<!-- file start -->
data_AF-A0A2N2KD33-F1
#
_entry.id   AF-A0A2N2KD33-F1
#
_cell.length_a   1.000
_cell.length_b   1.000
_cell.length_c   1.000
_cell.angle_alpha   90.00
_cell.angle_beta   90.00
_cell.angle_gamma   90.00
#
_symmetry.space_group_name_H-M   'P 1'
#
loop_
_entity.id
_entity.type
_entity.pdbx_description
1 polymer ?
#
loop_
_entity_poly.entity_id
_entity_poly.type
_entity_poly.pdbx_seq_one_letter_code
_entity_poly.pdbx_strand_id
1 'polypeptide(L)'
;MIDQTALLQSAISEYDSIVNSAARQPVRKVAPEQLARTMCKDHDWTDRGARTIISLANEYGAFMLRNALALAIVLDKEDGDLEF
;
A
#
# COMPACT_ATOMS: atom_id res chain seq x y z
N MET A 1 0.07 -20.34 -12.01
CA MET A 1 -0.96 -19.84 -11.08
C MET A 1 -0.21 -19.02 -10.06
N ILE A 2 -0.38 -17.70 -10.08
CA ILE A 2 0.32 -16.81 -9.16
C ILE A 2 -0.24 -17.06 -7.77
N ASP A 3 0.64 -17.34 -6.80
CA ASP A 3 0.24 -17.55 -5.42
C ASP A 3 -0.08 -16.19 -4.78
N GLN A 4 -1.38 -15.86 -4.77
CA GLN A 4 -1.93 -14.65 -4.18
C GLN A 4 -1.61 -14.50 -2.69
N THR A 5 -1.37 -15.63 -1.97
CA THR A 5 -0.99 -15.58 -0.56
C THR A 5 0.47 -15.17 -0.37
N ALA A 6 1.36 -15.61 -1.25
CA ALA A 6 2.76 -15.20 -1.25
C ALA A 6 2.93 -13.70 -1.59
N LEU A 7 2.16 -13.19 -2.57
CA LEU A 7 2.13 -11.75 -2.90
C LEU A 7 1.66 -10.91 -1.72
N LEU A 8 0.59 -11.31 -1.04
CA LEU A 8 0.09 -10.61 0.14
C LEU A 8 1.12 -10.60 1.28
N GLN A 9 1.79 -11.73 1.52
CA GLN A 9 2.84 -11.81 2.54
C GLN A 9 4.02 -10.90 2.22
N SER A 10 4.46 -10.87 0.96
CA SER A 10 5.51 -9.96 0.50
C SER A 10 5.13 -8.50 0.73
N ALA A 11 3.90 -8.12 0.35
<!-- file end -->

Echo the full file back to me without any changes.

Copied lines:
data_AF-A0A2N2KD33-F1
#
_entry.id   AF-A0A2N2KD33-F1
#
_cell.length_a   1.000
_cell.length_b   1.000
_cell.length_c   1.000
_cell.angle_alpha   90.00
_cell.angle_beta   90.00
_cell.angle_gamma   90.00
#
_symmetry.space_group_name_H-M   'P 1'
#
loop_
_entity.id
_entity.type
_entity.pdbx_description
1 polymer ?
#
loop_
_entity_poly.entity_id
_entity_poly.type
_entity_poly.pdbx_seq_one_letter_code
_entity_poly.pdbx_strand_id
1 'polypeptide(L)'
;MIDQTALLQSAISEYDSIVNSAARQPVRKVAPEQLARTMCKDHDWTDRGARTIISLANEYGAFMLRNALALAIVLDKEDGDLEF
;
A
#
# COMPACT_ATOMS: atom_id res chain seq x y z
N MET A 1 0.07 -20.34 -12.01
CA MET A 1 -0.96 -19.84 -11.08
C MET A 1 -0.21 -19.02 -10.06
N ILE A 2 -0.38 -17.70 -10.08
CA ILE A 2 0.32 -16.81 -9.16
C ILE A 2 -0.24 -17.06 -7.77
N ASP A 3 0.64 -17.34 -6.80
CA ASP A 3 0.24 -17.55 -5.42
C ASP A 3 -0.08 -16.19 -4.78
N GLN A 4 -1.38 -15.86 -4.77
CA GLN A 4 -1.93 -14.65 -4.18
C GLN A 4 -1.61 -14.50 -2.69
N THR A 5 -1.37 -15.63 -1.97
CA THR A 5 -0.99 -15.58 -0.56
C THR A 5 0.47 -15.17 -0.37
N ALA A 6 1.36 -15.61 -1.25
CA ALA A 6 2.76 -15.20 -1.25
C ALA A 6 2.93 -13.70 -1.59
N LEU A 7 2.16 -13.19 -2.57
CA LEU A 7 2.13 -11.75 -2.90
C LEU A 7 1.66 -10.91 -1.72
N LEU A 8 0.59 -11.31 -1.04
CA LEU A 8 0.09 -10.61 0.14
C LEU A 8 1.12 -10.60 1.28
N GLN A 9 1.79 -11.73 1.52
CA GLN A 9 2.84 -11.81 2.54
C GLN A 9 4.02 -10.90 2.22
N SER A 10 4.46 -10.87 0.96
CA SER A 10 5.51 -9.96 0.50
C SER A 10 5.13 -8.50 0.73
N ALA A 11 3.90 -8.12 0.35